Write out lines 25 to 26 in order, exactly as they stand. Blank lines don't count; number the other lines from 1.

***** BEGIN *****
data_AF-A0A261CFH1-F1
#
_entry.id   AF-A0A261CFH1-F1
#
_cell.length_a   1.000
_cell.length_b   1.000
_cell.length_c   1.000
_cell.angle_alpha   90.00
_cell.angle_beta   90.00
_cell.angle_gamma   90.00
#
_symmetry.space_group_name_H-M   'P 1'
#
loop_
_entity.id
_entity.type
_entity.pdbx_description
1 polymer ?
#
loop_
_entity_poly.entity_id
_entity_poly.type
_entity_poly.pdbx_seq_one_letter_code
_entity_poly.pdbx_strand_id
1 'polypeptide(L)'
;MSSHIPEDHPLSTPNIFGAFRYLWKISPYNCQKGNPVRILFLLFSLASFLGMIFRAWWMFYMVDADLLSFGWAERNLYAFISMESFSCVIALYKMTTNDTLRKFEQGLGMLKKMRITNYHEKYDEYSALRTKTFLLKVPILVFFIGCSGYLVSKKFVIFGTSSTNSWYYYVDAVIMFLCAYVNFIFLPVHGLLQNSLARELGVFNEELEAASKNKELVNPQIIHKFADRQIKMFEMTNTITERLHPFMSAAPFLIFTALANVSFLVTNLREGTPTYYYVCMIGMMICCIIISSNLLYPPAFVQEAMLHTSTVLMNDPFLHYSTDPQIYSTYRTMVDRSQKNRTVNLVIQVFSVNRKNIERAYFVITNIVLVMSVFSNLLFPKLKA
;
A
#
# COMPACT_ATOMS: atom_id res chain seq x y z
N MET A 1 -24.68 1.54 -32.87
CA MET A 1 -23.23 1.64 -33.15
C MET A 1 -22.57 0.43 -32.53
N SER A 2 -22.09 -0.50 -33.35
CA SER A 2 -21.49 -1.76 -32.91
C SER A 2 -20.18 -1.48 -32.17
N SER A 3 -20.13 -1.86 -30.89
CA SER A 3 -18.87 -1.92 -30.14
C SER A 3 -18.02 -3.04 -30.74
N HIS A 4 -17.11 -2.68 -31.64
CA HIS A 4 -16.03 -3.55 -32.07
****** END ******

1 'polypeptide(L)'
;MSSHIPEDHPLSTPNIFGAFRYLWKISPYNCQKGNPVRILFLLFSLASFLGMIFRAWWMFYMVDADLLSFGWAERNLYAFISMESFSCVIALYKMTTNDTLRKFEQGLGMLKKMRITNYHEKYDEYSALRTKTFLLKVPILVFFIGCSGYLVSKKFVIFGTSSTNSWYYYVDAVIMFLCAYVNFIFLPVHGLLQNSLARELGVFNEELEAASKNKELVNPQIIHKFADRQIKMFEMTNTITERLHPFMSAAPFLIFTALANVSFLVTNLREGTPTYYYVCMIGMMICCIIISSNLLYPPAFVQEAMLHTSTVLMNDPFLHYSTDPQIYSTYRTMVDRSQKNRTVNLVIQVFSVNRKNIERAYFVITNIVLVMSVFSNLLFPKLKA